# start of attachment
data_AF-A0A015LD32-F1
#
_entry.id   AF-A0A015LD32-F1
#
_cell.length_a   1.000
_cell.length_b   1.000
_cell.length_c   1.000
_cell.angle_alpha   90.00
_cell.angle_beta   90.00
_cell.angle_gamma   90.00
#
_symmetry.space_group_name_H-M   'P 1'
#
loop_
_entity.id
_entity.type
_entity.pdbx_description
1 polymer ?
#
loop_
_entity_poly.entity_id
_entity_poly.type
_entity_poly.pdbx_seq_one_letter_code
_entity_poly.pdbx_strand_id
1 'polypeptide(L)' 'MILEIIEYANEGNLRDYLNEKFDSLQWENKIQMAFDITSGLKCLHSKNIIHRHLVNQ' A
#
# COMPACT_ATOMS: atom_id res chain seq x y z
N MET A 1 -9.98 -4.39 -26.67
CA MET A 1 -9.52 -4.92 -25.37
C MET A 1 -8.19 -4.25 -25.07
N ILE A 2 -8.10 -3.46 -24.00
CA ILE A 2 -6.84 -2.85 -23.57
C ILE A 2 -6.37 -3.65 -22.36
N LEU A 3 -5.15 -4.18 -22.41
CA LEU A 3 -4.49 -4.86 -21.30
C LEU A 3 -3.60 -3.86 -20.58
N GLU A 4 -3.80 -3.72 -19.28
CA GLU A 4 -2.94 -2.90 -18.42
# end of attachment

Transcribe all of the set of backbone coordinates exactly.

data_AF-A0A015LD32-F1
#
_entry.id   AF-A0A015LD32-F1
#
_cell.length_a   1.000
_cell.length_b   1.000
_cell.length_c   1.000
_cell.angle_alpha   90.00
_cell.angle_beta   90.00
_cell.angle_gamma   90.00
#
_symmetry.space_group_name_H-M   'P 1'
#
loop_
_entity.id
_entity.type
_entity.pdbx_description
1 polymer ?
#
loop_
_entity_poly.entity_id
_entity_poly.type
_entity_poly.pdbx_seq_one_letter_code
_entity_poly.pdbx_strand_id
1 'polypeptide(L)' 'MILEIIEYANEGNLRDYLNEKFDSLQWENKIQMAFDITSGLKCLHSKNIIHRHLVNQ' A
#
# COMPACT_ATOMS: atom_id res chain seq x y z
N MET A 1 -9.98 -4.39 -26.67
CA MET A 1 -9.52 -4.92 -25.37
C MET A 1 -8.19 -4.25 -25.07
N ILE A 2 -8.10 -3.46 -24.00
CA ILE A 2 -6.84 -2.85 -23.57
C ILE A 2 -6.37 -3.65 -22.36
N LEU A 3 -5.15 -4.18 -22.41
CA LEU A 3 -4.49 -4.86 -21.30
C LEU A 3 -3.60 -3.86 -20.58
N GLU A 4 -3.80 -3.72 -19.28
CA GLU A 4 -2.94 -2.90 -18.42